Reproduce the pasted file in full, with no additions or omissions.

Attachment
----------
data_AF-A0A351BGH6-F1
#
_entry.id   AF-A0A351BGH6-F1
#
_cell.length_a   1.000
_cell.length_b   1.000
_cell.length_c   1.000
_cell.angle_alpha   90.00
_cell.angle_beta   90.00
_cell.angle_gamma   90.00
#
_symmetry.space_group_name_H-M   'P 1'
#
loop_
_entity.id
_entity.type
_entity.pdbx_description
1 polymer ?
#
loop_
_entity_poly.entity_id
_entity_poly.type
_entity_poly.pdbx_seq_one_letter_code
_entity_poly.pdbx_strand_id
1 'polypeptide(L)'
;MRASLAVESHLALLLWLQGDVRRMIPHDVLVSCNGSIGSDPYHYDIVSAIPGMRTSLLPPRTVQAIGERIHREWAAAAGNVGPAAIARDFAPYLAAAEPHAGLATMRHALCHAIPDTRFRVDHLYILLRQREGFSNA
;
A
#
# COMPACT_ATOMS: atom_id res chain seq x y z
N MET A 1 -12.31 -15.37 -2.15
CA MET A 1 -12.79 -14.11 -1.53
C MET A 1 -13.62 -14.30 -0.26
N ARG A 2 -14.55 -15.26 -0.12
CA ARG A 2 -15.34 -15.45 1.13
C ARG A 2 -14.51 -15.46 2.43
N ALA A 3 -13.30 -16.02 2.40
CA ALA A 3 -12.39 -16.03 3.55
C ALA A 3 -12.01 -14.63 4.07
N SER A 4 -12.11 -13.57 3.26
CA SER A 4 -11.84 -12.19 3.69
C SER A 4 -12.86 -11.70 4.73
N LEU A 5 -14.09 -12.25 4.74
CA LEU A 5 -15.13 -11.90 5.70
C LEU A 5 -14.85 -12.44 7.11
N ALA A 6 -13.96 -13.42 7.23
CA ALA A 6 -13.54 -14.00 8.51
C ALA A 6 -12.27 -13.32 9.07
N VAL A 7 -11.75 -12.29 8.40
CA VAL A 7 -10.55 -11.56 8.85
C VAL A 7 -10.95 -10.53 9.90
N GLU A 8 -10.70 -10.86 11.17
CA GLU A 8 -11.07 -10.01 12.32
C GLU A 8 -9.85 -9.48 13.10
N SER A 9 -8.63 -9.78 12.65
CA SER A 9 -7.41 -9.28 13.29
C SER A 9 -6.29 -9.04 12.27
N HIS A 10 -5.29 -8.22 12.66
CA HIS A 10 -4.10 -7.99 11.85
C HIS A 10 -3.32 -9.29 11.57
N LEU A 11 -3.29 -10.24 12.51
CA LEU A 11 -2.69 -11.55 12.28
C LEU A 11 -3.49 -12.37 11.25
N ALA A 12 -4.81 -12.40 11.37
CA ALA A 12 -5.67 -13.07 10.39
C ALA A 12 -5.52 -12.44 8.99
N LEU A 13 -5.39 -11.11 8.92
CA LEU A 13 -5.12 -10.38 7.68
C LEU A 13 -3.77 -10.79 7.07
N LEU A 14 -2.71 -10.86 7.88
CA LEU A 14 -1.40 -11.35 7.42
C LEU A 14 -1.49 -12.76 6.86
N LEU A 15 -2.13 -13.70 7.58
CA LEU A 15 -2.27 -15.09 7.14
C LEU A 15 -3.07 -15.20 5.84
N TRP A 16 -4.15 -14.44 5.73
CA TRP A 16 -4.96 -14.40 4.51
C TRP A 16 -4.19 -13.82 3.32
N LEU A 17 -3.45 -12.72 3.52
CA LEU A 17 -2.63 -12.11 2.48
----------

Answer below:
data_AF-A0A351BGH6-F1
#
_entry.id   AF-A0A351BGH6-F1
#
_cell.length_a   1.000
_cell.length_b   1.000
_cell.length_c   1.000
_cell.angle_alpha   90.00
_cell.angle_beta   90.00
_cell.angle_gamma   90.00
#
_symmetry.space_group_name_H-M   'P 1'
#
loop_
_entity.id
_entity.type
_entity.pdbx_description
1 polymer ?
#
loop_
_entity_poly.entity_id
_entity_poly.type
_entity_poly.pdbx_seq_one_letter_code
_entity_poly.pdbx_strand_id
1 'polypeptide(L)'
;MRASLAVESHLALLLWLQGDVRRMIPHDVLVSCNGSIGSDPYHYDIVSAIPGMRTSLLPPRTVQAIGERIHREWAAAAGNVGPAAIARDFAPYLAAAEPHAGLATMRHALCHAIPDTRFRVDHLYILLRQREGFSNA
;
A
#
# COMPACT_ATOMS: atom_id res chain seq x y z
N MET A 1 -12.31 -15.37 -2.15
CA MET A 1 -12.79 -14.11 -1.53
C MET A 1 -13.62 -14.30 -0.26
N ARG A 2 -14.55 -15.26 -0.12
CA ARG A 2 -15.34 -15.45 1.13
C ARG A 2 -14.51 -15.46 2.43
N ALA A 3 -13.30 -16.02 2.40
CA ALA A 3 -12.39 -16.03 3.55
C ALA A 3 -12.01 -14.63 4.07
N SER A 4 -12.11 -13.57 3.26
CA SER A 4 -11.84 -12.19 3.69
C SER A 4 -12.86 -11.70 4.73
N LEU A 5 -14.09 -12.25 4.74
CA LEU A 5 -15.13 -11.90 5.70
C LEU A 5 -14.85 -12.44 7.11
N ALA A 6 -13.96 -13.42 7.23
CA ALA A 6 -13.54 -14.00 8.51
C ALA A 6 -12.27 -13.32 9.07
N VAL A 7 -11.75 -12.29 8.40
CA VAL A 7 -10.55 -11.56 8.85
C VAL A 7 -10.95 -10.53 9.90
N GLU A 8 -10.70 -10.86 11.17
CA GLU A 8 -11.07 -10.01 12.32
C GLU A 8 -9.85 -9.48 13.10
N SER A 9 -8.63 -9.78 12.65
CA SER A 9 -7.41 -9.28 13.29
C SER A 9 -6.29 -9.04 12.27
N HIS A 10 -5.29 -8.22 12.66
CA HIS A 10 -4.10 -7.99 11.85
C HIS A 10 -3.32 -9.29 11.57
N LEU A 11 -3.29 -10.24 12.51
CA LEU A 11 -2.69 -11.55 12.28
C LEU A 11 -3.49 -12.37 11.25
N ALA A 12 -4.81 -12.40 11.37
CA ALA A 12 -5.67 -13.07 10.39
C ALA A 12 -5.52 -12.44 8.99
N LEU A 13 -5.39 -11.11 8.92
CA LEU A 13 -5.12 -10.38 7.68
C LEU A 13 -3.77 -10.79 7.07
N LEU A 14 -2.71 -10.86 7.88
CA LEU A 14 -1.40 -11.35 7.42
C LEU A 14 -1.49 -12.76 6.86
N LEU A 15 -2.13 -13.70 7.58
CA LEU A 15 -2.27 -15.09 7.14
C LEU A 15 -3.07 -15.20 5.84
N TRP A 16 -4.15 -14.44 5.73
CA TRP A 16 -4.96 -14.40 4.51
C TRP A 16 -4.19 -13.82 3.32
N LEU A 17 -3.45 -12.72 3.52
CA LEU A 17 -2.63 -12.11 2.48